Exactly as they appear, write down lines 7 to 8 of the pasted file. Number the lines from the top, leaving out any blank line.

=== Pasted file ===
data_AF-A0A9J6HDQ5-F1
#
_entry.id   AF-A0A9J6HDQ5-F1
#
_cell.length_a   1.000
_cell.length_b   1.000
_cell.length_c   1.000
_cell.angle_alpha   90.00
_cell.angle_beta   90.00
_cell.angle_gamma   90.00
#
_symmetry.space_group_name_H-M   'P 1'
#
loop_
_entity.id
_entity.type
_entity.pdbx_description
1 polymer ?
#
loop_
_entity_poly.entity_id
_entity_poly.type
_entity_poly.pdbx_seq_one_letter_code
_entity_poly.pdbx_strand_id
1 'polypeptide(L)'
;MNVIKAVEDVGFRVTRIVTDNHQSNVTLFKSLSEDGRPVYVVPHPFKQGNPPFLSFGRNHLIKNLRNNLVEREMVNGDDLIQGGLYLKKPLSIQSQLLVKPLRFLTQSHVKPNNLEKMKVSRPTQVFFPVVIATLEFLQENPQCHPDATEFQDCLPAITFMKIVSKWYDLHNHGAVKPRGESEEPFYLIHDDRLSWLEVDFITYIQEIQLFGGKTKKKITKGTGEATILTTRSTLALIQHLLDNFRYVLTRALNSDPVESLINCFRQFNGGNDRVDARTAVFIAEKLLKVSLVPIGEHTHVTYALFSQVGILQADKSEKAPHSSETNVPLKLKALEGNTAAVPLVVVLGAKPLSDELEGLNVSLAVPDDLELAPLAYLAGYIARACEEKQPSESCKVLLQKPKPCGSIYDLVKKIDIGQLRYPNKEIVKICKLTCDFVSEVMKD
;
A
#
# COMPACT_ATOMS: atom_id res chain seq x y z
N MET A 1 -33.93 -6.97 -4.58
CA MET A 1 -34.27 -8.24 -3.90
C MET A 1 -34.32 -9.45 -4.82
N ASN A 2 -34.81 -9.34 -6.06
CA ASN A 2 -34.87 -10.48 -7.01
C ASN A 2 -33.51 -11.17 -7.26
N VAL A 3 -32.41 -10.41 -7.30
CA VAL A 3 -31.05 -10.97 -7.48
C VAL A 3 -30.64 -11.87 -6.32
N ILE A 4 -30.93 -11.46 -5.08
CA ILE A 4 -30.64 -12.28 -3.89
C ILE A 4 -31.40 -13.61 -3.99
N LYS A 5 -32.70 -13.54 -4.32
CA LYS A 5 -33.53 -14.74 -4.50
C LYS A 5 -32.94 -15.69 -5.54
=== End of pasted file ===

_cell.length_c   1.000
_cell.angle_alpha   90.00